Ukrainian native shares memories of Dmitry Feld’s early years in the US

Dmitry Feld (Provided photo)

A very special friend, Dmitry Feld, passed away just a couple of days ago, leaving a huge hole in so many hearts. Although Dmitry and I lost touch for many, many years, I feel a deep sense of loss; a loss for a very dear person who took on the role of a big brother for me during the most challenging time of my immigration journey. We shared a very unique immigrant/refugee experience that connected us and made us feel like family … forever.

We both immigrated from the former Soviet Union (Kyiv, Ukraine) in 1979. We met in Brooklyn, New York, a week after I landed in the U.S. with my mom. I was very lost, stressed, anxious and … poor, a typical Jewish refugee of that cold war era. Dima (as I called him for short) and I became great friends and he, being a few years older, was always watching over me, which at times annoyed me. Oh, how I miss those moments now.

One day he shared that he used to be a part of the national luge team back in Kyiv and he really missed the sport and missed his teammates. This was in 1980, just as the Winter Olympic Games were about to start in Lake Placid, and his former teammates from Ukraine were going to be competing.

Keep in mind that back in the 1970s and 1980s, anyone who escaped the Soviet regime by emigrating to the U.S. was considered an enemy of the state. Soviet citizens were not allowed to communicate directly with anyone who lived in the U.S., especially those who had left the USSR and were considered traitors. We all left our families and friends behind and because of the “iron curtain” there was no hope of ever seeing them again. This was a very high price we had to pay for immigrating.

So, there was no way Dima could just go to the Olympic games and openly hang out with his former teammates. They would be in deep trouble, probably expelled from the team and lose jobs while putting their families in jeopardy. One of the greatest fears of the soviet officials was that they might defect. So these guys were under surveillance day and night during the Olympics. (If you have watched “Moscow on the Hudson,” you know.) But Dima had this crazy idea to see his luge buddies no matter what, and convinced me and another friend of ours, to drop everything and take the six hour drive to Lake Placid. We all said a prayer and got on the road, not knowing where we were going to stay and how to make Dima’s dream come true.

Ilona Glinarsky (Provided photo)

When we arrived, there was one week left before the start of the games. We didn’t have a hotel room, so, instead, we went straight to watch the luge practice runs so Dima could watch his friends go down the track. At some point Dima managed to stand so close to the track that they recognized him, almost causing an accident! We had to instantly leave the location before someone from the team found out.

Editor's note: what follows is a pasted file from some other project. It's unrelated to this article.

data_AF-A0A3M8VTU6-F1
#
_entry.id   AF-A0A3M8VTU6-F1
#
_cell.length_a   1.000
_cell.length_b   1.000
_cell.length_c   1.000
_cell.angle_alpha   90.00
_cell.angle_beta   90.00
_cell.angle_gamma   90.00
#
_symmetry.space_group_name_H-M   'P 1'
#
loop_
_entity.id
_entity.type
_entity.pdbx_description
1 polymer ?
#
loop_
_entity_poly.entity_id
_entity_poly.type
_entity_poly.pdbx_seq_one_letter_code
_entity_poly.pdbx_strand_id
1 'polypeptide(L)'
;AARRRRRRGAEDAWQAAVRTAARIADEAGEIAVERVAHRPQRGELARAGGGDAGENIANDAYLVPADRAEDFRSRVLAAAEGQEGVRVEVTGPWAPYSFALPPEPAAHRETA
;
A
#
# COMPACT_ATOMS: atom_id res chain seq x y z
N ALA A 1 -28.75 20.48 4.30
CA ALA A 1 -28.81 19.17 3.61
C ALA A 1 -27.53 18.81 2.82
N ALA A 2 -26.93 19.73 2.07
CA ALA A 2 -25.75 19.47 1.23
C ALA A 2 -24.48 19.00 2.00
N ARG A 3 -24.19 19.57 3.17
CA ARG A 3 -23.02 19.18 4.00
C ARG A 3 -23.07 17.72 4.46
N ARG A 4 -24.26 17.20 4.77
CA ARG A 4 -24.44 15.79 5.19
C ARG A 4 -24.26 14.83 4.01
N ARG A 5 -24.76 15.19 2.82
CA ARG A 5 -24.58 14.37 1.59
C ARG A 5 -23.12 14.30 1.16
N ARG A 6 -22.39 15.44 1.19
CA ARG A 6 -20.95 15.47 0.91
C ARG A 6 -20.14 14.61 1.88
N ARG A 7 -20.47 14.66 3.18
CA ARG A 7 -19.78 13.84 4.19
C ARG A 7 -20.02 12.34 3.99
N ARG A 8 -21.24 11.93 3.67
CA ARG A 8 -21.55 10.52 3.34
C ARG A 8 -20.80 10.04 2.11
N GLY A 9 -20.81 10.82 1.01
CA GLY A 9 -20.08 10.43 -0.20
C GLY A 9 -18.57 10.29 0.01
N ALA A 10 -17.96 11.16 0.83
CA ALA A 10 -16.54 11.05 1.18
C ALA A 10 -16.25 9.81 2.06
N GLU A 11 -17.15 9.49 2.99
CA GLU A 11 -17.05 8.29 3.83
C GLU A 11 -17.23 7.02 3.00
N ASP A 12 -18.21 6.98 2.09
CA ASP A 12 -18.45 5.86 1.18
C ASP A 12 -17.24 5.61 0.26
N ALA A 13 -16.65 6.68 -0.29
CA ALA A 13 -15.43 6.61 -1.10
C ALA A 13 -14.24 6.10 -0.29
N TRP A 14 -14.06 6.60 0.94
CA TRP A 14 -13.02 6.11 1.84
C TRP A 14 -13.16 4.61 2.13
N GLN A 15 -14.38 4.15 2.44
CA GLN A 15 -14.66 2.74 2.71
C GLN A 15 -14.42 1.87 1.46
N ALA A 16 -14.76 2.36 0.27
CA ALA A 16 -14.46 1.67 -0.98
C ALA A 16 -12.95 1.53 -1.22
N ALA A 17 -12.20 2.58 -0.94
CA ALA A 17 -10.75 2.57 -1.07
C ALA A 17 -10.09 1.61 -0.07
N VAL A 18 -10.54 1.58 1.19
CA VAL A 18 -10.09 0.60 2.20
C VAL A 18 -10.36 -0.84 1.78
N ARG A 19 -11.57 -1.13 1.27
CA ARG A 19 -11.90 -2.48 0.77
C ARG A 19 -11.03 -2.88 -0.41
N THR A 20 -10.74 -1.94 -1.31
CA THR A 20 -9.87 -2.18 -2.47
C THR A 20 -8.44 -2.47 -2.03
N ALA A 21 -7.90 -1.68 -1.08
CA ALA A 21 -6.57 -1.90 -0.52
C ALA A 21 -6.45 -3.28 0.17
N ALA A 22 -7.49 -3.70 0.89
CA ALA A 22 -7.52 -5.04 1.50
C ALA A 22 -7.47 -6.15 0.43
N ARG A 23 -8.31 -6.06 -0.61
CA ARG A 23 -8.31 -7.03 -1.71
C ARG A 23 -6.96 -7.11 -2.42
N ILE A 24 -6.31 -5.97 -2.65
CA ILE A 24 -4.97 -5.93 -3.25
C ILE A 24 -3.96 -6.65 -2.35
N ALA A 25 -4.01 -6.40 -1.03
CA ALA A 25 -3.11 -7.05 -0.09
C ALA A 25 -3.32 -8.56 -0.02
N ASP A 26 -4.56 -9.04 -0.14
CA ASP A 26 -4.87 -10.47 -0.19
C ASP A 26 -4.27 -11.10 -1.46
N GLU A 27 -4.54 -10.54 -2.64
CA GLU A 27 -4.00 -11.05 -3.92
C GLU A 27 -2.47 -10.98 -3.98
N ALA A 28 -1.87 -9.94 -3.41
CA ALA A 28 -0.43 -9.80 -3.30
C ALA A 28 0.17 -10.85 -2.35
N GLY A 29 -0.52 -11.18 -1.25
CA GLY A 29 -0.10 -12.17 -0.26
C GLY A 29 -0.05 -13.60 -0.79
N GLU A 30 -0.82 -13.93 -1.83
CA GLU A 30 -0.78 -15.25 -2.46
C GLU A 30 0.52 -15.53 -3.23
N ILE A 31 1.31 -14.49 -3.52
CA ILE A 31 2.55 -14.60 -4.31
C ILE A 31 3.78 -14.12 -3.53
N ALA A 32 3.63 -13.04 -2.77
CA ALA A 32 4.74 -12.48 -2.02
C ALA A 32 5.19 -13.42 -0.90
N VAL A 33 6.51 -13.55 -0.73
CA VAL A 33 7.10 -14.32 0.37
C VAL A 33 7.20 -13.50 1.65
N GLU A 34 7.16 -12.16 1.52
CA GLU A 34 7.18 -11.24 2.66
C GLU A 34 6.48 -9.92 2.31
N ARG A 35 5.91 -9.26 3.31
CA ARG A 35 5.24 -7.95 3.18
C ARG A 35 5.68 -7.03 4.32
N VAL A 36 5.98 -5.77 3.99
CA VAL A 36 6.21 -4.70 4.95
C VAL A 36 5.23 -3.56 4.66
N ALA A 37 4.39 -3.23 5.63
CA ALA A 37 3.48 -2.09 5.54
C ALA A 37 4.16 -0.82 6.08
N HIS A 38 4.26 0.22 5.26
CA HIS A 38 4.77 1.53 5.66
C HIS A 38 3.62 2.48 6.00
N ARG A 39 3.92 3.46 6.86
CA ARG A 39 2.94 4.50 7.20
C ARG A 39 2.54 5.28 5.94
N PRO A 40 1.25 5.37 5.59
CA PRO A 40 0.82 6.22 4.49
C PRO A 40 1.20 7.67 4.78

When we tried to find a hotel, we realized that all the hotels were fully booked. We had very little money and were hoping to find one room with two double beds for four people to share. So, we literally went from one hotel to another and had no luck. Finally, we came to the Holiday Inn and were able to grab the very last room they had available with two double beds.

When we entered, we saw that this room had a locked door inside that connected with another room next door. At first, we didn’t pay much attention to that detail. But then we heard faint voices from the adjacent room. We couldn’t believe our ears. They were speaking Russian and Dima realized that these were his friends from the Soviet Ukrainian luge team, and they were literally staying in the room next to us, with only a “secret door” between us. We checked to make sure no one was spying outside of our door. The coast was clear. Dima knocked quietly and unlocked our side of the door … whispering and letting them know who he is. After a tense moment of silence, they unlocked their side of the door and stood face-to-face looking at us in utter disbelief.

It is impossible to describe the joy of their reunion. They were hugging and crying and laughing and rolling on the floor for what seemed like an hour. It was a moment I will never forget: the kind that makes me still believe in miracles. I will forever cherish this crazy adventure and its amazing outcome.

The next summer, I left New York and moved with my mom to Los Angeles (another crazy story for another day). I never saw Dima again. We lost touch. However, our mutual friend, same one that traveled with us to Lake Placid back in 1980 and the one who informed me of his passing, wrote to me and told me that Dima ended up moving to Lake Placid very soon after that amazing incident and became a major force in the development of USA Luge.

That memorable visit became the turning point in his life. He followed his heart and his dream and became a luge coach for the young athletes, training them and managing them for many years to come. Later, Dmitry has also become a huge part of the Lake Placid’s community, as an activist and a truly inspiring person bordering on the status of a local celebrity. Upon his passing, USA Luge stated, “Dmitry’s contribution to USA Luge is almost immeasurable” and “He was the heart and soul of USA Luge.”

I am so deeply grateful to have been a little part of his life, even just for a short time, and to have him be a part of my own American story.

(Ilona Glinarsky lives in the greater Los Angeles region in southern California.)

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